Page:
The 100th Rose Bowl Between Stanford And Michigan State Is Reminiscent Of The First

The matchup between Stanford and Michigan State in this year's Rose Bowl is going to be an old-school football game.

Stanford, which played in the first Rose Bowl, will try and win the 100th Rose Bowl with their smash mouth offense. CREDIT: Daniel Hartwig/Flickr

In the first Rose Bowl, know then as the “Tournament East-West Football Game,” a hard-nosed Michigan squad coached by Fielding H. Yost represented the East, facing off against a plucky 3-2-1 Stanford team, representing the West.

The Wolverines, nicknamed the “Point-A-Minute” team due to the 501 points they accumulated during the season while allowing their opponents to score none, defeated the Cardinal 49-0 after Stanford captain Ralph Fisher requested to quit with eight minutes remaining in the game.

Michigan’s victory over the Cardinal made them 11-0 on the season and they were considered the national champion that year. The 49 points they scored in the game brought their season total to 550 to 0.

The tradition started that year has spanned over a century, fueled by amazing matchups and unparalleled pageantry.  This year, we celebrate the 100th edition of the oldest of the bowl games; the granddaddy of them all, with a classic matchup between the Stanford Cardinal and the Michigan State Spartans.

Fans of the conventional pound and ground game will be delighted as this contest will stray away from the splashy spread offense that makes ESPN’s front page ever Saturday.    

No. 4 ranked Michigan State (12-1) upset Ohio State in the Big Ten championship game to earn their first trip to Pasadena since 1988, while the Cardinal (11-2) defeated Arizona Sate in the Pac-12 championship game to make their way back for a second straight year.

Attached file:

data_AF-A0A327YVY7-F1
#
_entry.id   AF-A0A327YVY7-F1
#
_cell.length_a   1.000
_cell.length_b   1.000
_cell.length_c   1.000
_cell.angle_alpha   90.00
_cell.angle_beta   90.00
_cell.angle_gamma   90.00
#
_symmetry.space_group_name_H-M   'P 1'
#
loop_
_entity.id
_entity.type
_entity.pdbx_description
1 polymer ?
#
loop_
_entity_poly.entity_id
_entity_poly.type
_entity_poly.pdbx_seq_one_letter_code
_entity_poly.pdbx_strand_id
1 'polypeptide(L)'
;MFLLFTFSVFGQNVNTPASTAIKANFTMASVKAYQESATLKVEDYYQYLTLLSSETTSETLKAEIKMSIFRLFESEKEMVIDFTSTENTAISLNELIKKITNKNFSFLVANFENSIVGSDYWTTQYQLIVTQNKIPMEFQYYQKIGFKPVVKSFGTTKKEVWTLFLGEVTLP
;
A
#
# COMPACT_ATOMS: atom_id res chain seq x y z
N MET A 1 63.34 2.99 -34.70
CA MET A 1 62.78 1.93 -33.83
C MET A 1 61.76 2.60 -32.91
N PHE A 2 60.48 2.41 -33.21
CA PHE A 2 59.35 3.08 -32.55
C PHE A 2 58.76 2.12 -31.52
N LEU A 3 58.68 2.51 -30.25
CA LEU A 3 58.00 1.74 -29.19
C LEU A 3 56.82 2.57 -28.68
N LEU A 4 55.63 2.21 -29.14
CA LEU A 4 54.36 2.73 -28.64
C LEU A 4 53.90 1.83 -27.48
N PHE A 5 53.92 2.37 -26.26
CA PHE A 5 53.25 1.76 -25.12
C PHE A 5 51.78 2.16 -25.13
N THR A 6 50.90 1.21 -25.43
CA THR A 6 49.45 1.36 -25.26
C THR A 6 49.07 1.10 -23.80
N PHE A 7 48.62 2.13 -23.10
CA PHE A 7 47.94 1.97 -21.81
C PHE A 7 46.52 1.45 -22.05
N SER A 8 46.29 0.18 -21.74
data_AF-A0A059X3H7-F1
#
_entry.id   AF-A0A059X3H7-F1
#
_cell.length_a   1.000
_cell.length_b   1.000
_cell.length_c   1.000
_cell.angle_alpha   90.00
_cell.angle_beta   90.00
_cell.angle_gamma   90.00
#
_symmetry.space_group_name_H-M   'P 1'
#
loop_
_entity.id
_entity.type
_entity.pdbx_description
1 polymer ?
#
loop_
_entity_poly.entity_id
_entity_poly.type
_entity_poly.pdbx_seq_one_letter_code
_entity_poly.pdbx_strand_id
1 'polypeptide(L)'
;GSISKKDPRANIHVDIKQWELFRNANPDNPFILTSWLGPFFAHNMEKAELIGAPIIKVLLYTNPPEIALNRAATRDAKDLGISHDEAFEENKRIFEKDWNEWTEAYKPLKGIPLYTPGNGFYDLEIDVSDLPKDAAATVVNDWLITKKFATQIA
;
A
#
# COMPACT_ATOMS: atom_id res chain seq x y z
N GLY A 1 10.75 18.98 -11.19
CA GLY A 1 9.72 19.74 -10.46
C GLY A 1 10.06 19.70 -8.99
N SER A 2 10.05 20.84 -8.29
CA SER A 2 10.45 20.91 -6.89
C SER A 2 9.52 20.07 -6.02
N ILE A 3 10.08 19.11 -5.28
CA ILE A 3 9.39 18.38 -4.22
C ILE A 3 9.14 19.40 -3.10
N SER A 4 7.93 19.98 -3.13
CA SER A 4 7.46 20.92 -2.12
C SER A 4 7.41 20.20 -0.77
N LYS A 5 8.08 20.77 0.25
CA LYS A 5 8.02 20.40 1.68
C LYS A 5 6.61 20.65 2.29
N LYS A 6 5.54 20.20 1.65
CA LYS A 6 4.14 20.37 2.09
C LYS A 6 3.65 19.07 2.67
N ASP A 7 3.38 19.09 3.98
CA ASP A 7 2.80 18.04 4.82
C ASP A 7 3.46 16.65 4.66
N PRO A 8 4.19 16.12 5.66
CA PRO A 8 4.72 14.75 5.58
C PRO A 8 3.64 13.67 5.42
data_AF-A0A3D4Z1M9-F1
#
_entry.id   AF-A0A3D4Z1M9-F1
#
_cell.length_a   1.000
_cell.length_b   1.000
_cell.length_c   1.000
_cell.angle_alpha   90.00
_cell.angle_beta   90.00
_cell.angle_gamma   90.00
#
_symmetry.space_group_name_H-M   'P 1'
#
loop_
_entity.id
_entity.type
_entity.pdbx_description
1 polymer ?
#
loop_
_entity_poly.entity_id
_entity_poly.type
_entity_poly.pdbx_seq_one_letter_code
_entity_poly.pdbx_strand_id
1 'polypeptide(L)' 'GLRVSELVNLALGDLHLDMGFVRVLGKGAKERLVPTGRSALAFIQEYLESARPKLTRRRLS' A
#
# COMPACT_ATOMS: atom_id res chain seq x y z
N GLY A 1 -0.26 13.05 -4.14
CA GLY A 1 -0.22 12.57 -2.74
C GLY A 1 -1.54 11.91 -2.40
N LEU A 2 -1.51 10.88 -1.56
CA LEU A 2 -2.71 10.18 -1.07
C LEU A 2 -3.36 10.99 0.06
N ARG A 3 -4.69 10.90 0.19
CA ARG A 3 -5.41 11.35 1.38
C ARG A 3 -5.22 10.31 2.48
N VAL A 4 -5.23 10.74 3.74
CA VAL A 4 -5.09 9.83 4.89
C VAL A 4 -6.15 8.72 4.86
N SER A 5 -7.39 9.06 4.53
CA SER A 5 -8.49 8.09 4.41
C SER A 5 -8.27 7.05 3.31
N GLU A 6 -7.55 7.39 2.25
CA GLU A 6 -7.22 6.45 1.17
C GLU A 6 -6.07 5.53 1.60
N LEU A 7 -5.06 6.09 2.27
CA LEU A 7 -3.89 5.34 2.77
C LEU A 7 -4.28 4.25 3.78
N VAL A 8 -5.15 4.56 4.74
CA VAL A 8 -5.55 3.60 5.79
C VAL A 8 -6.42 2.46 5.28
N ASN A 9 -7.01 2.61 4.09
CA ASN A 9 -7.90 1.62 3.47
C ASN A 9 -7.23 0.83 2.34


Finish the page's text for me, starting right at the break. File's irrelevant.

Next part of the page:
The matchups in this game are endless.

Stanford’s star running back Tyler Gaffney against Michigan State’s top run defense.  Gaffney’s 306 carries for 1,618 yards and 20 touchdowns will be colliding with the toughest front seven in college football, which only allows 80.8 yards a game.

If the Cardinal goes airborne, Hogan will be up against the strong and athletic Spartan secondary led by Darqueze Dennard, Kurtis Drummond and Isiah Lewis.

The same problems will happen when the teams switch sides, with Michigan State’s star running back Jeremy Langford, who has 269 carries for 1,338 yards and 17 TDs, running right into the waiting tackles of Trent Murphy and Shayne Skov.

The Spartans young quarterback, Connor Cook, finished with a 58.4 completion percentage, 20 TDs and only 5 interceptions but will face a big test against Ed Reynolds and the agile Stanford secondary.  

For Stanford, a win this year would be a fitting finish to an amazing season, and even a little bit of redemption for the Cardinal team that took a beating to Michigan so many years ago.